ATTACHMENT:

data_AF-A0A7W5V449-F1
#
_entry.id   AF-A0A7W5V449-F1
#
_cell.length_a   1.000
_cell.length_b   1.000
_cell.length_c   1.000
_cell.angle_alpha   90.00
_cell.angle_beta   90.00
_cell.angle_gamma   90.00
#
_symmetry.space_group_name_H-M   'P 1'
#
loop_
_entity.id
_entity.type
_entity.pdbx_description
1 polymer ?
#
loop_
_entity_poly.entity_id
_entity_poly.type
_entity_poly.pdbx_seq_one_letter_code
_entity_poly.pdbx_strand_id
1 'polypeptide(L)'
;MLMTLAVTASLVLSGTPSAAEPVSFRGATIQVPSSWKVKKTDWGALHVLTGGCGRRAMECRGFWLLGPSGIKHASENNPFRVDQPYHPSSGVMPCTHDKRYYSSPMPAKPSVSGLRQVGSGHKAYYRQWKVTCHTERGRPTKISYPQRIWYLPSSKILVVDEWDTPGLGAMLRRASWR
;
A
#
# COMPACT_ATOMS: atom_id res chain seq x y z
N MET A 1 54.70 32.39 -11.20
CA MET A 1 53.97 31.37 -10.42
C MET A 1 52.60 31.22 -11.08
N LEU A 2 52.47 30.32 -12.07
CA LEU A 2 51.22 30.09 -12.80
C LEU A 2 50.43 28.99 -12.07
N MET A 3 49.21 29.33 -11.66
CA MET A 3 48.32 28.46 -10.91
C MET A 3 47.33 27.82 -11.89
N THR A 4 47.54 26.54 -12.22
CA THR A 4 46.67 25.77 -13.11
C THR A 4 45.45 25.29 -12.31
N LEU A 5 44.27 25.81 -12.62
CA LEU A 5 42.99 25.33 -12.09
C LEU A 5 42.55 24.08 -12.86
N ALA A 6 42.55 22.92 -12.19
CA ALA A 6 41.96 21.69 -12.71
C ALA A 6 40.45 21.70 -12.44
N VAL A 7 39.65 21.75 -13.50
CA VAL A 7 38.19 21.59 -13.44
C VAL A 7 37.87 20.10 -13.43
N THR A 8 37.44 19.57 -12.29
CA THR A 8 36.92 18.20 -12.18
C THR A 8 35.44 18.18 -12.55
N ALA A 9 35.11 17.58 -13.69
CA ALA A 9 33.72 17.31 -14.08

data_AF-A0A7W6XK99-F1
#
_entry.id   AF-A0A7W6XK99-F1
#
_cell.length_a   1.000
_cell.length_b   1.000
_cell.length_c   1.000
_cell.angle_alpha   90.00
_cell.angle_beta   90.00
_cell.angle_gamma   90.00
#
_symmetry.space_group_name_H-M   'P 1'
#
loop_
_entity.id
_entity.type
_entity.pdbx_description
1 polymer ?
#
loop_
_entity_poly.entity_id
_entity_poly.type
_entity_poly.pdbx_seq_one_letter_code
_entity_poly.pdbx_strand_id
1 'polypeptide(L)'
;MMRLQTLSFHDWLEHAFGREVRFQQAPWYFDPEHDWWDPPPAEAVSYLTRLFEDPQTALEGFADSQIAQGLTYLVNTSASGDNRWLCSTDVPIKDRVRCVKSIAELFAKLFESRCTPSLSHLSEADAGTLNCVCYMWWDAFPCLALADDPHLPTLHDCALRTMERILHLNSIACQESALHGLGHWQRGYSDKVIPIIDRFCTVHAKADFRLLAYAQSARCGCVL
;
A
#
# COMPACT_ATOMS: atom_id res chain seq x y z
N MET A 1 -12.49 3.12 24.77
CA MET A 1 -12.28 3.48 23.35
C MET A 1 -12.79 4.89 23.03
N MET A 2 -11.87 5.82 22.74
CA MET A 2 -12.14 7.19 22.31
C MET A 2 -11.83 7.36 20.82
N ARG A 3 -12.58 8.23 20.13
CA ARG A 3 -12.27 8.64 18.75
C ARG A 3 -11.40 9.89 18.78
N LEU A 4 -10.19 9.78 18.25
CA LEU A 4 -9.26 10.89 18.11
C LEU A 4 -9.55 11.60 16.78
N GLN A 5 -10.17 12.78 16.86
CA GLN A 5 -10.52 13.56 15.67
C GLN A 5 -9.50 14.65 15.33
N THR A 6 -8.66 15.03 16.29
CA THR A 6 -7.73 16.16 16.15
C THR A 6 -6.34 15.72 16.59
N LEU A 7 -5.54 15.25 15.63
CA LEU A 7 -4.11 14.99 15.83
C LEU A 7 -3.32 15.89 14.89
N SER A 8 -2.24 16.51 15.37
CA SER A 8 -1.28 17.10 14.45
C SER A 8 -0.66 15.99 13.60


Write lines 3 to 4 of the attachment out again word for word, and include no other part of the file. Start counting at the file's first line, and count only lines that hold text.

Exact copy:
_entry.id   AF-A0A7W5V449-F1
#